Matthew is an associate editor of The American Journal of Managed Care® (AJMC®). He has been working on AJMC® since 2019 after receiving his Bachelor's degree at Rutgers University–New Brunswick in journalism and economics.
A report by PwC discusses the health care agenda of President-elect Joe Biden, particularly how his term will shape the future of the Affordable Care Act, value-based care, and drug prices.
With the announcement of Joe Biden as the 46th President-elect of the United States, PricewaterhouseCoopers’ (PwC) 2020 Election Report discusses his approaches to health care reform and how his upcoming term will shape the future of the health care industry.
Kicking off the report, authors highlight that the election of Biden signals a return to the Obama administration’s approach to health care, which they referenced as:
When it comes to more bolder ideas such as developing a public option or raising the corporate tax rate, authors note that it could prove challenging without overwhelming Democrat majorities in both the House and the Senate.
So, what health care strategies and proposals can we expect from the Biden administration amid the possibility of a Republican-controlled US Senate?
In addressing coronavirus disease 2019 (COVID-19), Biden and Vice President-elect Kamala Harris have already appointed public health officials to their Transition COVID-19 Advisory Board, who will have an extensive impact on all aspects related to the management of the pandemic.
Moreover, the authors highlight that it is likely Biden will mount an intensified federal response in which he will enlist the Defense Production Act to compel companies to produce large quantities of tests and personal protective equipment. “The Biden administration also will likely return to global partnerships and groups such as the World Health Organization, especially in the area of vaccine development, production, and distribution,” wrote the authors.
As opposed to the Trump administration, which served in a more supporting role to local and state efforts, the authors hypothesized that the Biden administration will take on a more active federal role to address the pandemic. In fact, this stance is supported by Americans across demographics who reported in PwC’s Health Research Institute’s consumer survey that more money should be set towards the pandemic response.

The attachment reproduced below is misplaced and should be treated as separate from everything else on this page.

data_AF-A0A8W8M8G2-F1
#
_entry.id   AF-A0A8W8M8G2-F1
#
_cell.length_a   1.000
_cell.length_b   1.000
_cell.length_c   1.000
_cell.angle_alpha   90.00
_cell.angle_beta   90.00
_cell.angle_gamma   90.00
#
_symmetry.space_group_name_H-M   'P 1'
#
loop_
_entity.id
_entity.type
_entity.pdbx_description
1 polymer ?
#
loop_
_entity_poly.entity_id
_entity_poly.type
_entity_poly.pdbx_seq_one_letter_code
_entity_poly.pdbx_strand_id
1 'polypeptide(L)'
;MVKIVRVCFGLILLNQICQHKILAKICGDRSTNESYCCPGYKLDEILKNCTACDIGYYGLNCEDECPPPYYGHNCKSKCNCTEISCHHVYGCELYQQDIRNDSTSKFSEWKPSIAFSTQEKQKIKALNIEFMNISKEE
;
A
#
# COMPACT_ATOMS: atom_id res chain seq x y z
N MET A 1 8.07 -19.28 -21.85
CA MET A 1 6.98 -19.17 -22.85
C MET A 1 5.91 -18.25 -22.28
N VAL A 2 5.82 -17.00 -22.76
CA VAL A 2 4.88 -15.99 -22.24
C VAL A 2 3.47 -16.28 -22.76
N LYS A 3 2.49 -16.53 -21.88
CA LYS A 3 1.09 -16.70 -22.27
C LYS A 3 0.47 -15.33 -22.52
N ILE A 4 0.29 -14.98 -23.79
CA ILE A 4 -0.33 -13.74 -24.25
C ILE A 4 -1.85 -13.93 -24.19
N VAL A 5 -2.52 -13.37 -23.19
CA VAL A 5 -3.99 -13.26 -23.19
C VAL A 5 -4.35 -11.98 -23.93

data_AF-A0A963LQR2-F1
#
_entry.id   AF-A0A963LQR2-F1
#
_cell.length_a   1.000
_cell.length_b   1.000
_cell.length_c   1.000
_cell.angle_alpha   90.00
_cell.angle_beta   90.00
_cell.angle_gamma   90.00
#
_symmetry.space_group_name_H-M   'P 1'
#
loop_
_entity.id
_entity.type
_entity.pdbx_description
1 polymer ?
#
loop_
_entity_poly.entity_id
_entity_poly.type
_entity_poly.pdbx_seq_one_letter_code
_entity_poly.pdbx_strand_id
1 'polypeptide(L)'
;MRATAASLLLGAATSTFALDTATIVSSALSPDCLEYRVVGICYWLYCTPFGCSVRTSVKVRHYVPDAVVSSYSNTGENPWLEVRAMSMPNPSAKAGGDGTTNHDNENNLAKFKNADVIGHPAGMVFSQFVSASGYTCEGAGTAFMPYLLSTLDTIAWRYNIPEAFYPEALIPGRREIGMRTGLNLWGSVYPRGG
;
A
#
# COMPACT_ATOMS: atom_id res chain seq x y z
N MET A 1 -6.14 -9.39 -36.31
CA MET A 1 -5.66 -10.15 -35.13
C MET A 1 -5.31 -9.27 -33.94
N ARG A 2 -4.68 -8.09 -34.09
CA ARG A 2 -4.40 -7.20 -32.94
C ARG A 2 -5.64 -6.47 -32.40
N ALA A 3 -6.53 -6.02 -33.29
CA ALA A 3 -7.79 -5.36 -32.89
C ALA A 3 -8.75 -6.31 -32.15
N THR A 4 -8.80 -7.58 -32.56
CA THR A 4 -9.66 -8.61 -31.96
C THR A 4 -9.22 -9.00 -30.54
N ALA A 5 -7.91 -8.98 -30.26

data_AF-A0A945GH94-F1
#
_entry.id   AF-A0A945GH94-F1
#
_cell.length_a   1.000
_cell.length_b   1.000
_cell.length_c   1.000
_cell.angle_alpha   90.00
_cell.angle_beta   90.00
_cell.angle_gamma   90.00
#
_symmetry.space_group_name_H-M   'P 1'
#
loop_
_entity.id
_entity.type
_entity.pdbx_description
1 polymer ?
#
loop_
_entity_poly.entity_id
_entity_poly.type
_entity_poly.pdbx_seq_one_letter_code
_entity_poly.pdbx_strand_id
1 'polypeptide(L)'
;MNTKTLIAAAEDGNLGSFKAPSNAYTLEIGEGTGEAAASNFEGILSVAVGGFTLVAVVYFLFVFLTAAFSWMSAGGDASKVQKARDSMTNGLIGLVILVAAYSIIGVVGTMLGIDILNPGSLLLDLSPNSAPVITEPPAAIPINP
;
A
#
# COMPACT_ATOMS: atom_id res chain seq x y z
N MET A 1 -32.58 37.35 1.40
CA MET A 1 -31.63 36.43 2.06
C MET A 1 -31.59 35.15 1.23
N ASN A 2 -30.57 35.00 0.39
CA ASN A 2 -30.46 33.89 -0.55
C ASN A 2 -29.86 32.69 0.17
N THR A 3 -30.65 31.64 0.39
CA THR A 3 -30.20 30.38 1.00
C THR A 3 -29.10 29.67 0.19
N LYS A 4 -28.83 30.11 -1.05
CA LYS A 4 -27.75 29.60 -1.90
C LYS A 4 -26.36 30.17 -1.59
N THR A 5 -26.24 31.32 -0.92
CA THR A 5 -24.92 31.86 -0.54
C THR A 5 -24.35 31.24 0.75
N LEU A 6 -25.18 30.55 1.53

Transitioning away from pandemic response, health care executives can expect an expansionary agenda from Biden’s health care proposals, noted the authors, which will look to patch gaps in coverage for Americans, aggressively scrutinize proposed health care mergers and acquisitions, and implement a replacement for the ACA should it be struck down.
“Health care executives should scenario plan for this unlikely yet potentially highly disruptive event, and plan for an administration marked by more certainty and continuity with the Obama years.”
Additionally, the authors wrote that all health care organizations should prepare for the possibility that millions more Americans could gain insurance under the new administration. If enacted, Biden’s proposals according to his campaign website would mean coverage for 97% of Americans.
“This could mean millions of new ACA customers for payers selling plans on the exchanges, millions of new Medicaid beneficiaries for managed care organizations, millions of newly insured patients for providers, and millions of covered customers for pharmaceutical and life sciences companies.”
As the US health care system continues to transform to a more consumer-oriented platform that will expand its digital and virtual offerings amid the pandemic, authors say that companies who have invested in capabilities for growth aligned with this new health economy will stand to gain disproportionately.
“Providers should consider reengineering primary care teams to reflect the patients’ health status and preferences, along with the realities of the workforce on the ground and new opportunities in remote care.”